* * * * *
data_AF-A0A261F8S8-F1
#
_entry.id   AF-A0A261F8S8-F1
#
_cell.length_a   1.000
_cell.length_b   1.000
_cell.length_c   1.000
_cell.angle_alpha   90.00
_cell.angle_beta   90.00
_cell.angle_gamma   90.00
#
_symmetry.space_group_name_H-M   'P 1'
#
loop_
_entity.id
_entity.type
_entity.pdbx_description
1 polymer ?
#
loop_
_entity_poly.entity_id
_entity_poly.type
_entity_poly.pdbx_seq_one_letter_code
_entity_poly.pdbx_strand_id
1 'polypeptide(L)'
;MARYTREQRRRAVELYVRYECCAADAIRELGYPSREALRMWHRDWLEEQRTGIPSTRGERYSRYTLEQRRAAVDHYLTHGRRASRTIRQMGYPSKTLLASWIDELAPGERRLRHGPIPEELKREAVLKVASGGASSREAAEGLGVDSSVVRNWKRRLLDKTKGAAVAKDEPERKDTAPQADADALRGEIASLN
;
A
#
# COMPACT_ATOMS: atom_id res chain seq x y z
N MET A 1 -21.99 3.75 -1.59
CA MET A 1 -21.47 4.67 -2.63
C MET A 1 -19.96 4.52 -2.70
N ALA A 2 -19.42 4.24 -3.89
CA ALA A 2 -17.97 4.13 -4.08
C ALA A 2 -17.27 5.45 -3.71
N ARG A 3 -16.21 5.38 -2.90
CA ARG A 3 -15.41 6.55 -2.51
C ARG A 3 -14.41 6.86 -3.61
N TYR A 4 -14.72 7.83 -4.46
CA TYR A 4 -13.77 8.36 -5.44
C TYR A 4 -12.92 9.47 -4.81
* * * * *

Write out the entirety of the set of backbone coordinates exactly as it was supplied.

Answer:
data_AF-A0A261F8S8-F1
#
_entry.id   AF-A0A261F8S8-F1
#
_cell.length_a   1.000
_cell.length_b   1.000
_cell.length_c   1.000
_cell.angle_alpha   90.00
_cell.angle_beta   90.00
_cell.angle_gamma   90.00
#
_symmetry.space_group_name_H-M   'P 1'
#
loop_
_entity.id
_entity.type
_entity.pdbx_description
1 polymer ?
#
loop_
_entity_poly.entity_id
_entity_poly.type
_entity_poly.pdbx_seq_one_letter_code
_entity_poly.pdbx_strand_id
1 'polypeptide(L)'
;MARYTREQRRRAVELYVRYECCAADAIRELGYPSREALRMWHRDWLEEQRTGIPSTRGERYSRYTLEQRRAAVDHYLTHGRRASRTIRQMGYPSKTLLASWIDELAPGERRLRHGPIPEELKREAVLKVASGGASSREAAEGLGVDSSVVRNWKRRLLDKTKGAAVAKDEPERKDTAPQADADALRGEIASLN
;
A
#
# COMPACT_ATOMS: atom_id res chain seq x y z
N MET A 1 -21.99 3.75 -1.59
CA MET A 1 -21.47 4.67 -2.63
C MET A 1 -19.96 4.52 -2.70
N ALA A 2 -19.42 4.24 -3.89
CA ALA A 2 -17.97 4.13 -4.08
C ALA A 2 -17.27 5.45 -3.71
N ARG A 3 -16.21 5.38 -2.90
CA ARG A 3 -15.41 6.55 -2.51
C ARG A 3 -14.41 6.86 -3.61
N TYR A 4 -14.72 7.83 -4.46
CA TYR A 4 -13.77 8.36 -5.44
C TYR A 4 -12.92 9.47 -4.81